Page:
This was Aristotle’s conclusion too; and of course the theory of the active and passive intellect (nous poietikos and nous pathetikos) goes back to Aristotle’s De Anima (iii, 5) as interpreted by Alexander of Aphrodisias and Themistius of Alexandria, transformed into the emanation theory of the Neoplatonists, and transmitted in philosophic dynasty through al-Farabi, Avicenna, and Ibn Bajja. Here at the end, as in its beginning, Arabic philosophy was Aristotle Neoplatonized. But whereas in most Moslem and Christian philosophers Aristotle’s doctrines were retailored to meet the needs of theology, in Averroës Mohammedan dogmas were reduced to a minimum to reconcile them with Aristotle. Hence Averroës had more influence in Christendom than in Islam. His Moslem contemporaries persecuted him, Moslem posterity forgot him, and allowed most of his works to be lost in their Arabic form. Jews preserved many of them in Hebrew translation, and Maimonides followed in Averroës’ steps in seeking to reconcile religion and philosophy. In Christendom the Commentaries, translated into Latin from the Hebrew, fed the heresies of Siger de Brabant, and the rationalism of the School of Padua, and threatened the foundations of Christian belief. St. Thomas Aquinas wrote his Summae to stem this Averroistic tide; but he followed Averroës in the method of his Commentaries, in divers interpretations of Aristotle, in choosing matter as the “principle of individuation,” in the symbolical explanation of anthropomorphic Scriptural texts, in admitting the possible eternity of the world, in rejecting mysticism as a sufficient basis for theology, and in recognizing that some dogmas of religion are beyond reason, and can be accepted by faith alone.113 Roger Bacon ranked Averroës next to Aristotle and Avicenna, and added, with characteristic exaggeration, “The philosophy of Averroës today [c. 1270] obtains the unanimous suffrage of wise men.”114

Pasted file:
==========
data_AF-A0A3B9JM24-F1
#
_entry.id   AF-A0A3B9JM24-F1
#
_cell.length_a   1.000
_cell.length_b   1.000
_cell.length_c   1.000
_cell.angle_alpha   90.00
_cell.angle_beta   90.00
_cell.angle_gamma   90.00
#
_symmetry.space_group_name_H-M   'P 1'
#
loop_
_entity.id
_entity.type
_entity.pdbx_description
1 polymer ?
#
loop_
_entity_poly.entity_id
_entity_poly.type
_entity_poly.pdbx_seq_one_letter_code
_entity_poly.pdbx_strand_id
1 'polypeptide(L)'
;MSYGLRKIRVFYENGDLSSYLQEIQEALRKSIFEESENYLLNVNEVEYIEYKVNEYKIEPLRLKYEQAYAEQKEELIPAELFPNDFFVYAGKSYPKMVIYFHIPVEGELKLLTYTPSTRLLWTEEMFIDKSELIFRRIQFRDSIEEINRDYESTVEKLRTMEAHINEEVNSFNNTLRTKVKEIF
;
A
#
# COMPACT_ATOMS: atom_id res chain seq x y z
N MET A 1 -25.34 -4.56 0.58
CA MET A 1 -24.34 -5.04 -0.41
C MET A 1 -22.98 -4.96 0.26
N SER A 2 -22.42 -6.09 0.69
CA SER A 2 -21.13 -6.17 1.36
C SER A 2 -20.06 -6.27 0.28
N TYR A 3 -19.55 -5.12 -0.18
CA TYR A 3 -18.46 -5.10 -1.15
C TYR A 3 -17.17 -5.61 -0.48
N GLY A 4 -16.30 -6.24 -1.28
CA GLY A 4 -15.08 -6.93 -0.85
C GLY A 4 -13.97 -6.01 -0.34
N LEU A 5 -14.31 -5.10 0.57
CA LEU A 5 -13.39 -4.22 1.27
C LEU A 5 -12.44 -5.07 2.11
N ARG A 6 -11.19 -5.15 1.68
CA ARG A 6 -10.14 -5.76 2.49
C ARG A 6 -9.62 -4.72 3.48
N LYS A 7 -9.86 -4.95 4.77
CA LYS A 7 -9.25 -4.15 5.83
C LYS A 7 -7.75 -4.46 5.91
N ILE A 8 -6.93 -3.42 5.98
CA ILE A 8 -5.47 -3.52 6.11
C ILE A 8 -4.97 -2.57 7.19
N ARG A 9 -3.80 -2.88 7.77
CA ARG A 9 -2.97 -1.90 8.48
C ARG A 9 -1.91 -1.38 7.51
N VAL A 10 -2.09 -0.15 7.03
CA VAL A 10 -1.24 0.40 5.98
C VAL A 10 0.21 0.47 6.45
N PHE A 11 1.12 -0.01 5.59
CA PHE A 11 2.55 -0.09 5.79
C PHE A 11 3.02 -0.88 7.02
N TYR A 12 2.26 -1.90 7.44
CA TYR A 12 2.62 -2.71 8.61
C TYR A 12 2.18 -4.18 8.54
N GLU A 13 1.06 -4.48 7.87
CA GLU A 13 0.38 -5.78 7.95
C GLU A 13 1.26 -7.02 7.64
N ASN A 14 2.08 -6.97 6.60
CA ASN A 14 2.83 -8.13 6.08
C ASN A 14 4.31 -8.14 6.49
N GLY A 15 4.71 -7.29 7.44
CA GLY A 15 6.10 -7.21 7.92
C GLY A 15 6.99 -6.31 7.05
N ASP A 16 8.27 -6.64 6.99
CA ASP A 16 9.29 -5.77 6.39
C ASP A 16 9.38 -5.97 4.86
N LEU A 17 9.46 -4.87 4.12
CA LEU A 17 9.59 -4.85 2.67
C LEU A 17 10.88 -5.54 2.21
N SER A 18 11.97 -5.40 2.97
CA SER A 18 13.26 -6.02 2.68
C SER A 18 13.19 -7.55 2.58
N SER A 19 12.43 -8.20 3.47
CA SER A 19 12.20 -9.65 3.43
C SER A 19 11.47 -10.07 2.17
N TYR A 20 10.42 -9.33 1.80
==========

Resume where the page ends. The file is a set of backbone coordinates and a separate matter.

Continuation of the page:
In 1150 the Caliph Mustanjid, at Baghdad, ordered burned all the philosophical works of Avicenna and the Brethren of Sincerity. In 1194 the Emir Abu Yusuf Yaqub al-Mansur, then at Seville, ordered the burning of all works by Averroës except a few on natural science; he forbade his subjects to study philosophy, and urged them to throw into a fire all books of philosophy wherever found. These instructions were eagerly carried out by the people, who resented attacks upon a faith that for most of them was the dearest solace of their harassed lives. About this time Ibn Habib was put to death for studying philosophy.115 After 1200 Islam shunned speculative thought. As political power declined in the Moslem world, it sought more and more the aid of the theologians and lawyers of orthodoxy. That aid was given, but in return for the suppression of independent thought. Even so, the aid did not suffice to save the state. In Spain the Christians advanced from city to city, until only Granada remained Moslem. In the East the Crusaders captured Jerusalem; and in 1258 the Mongols took and destroyed Baghdad.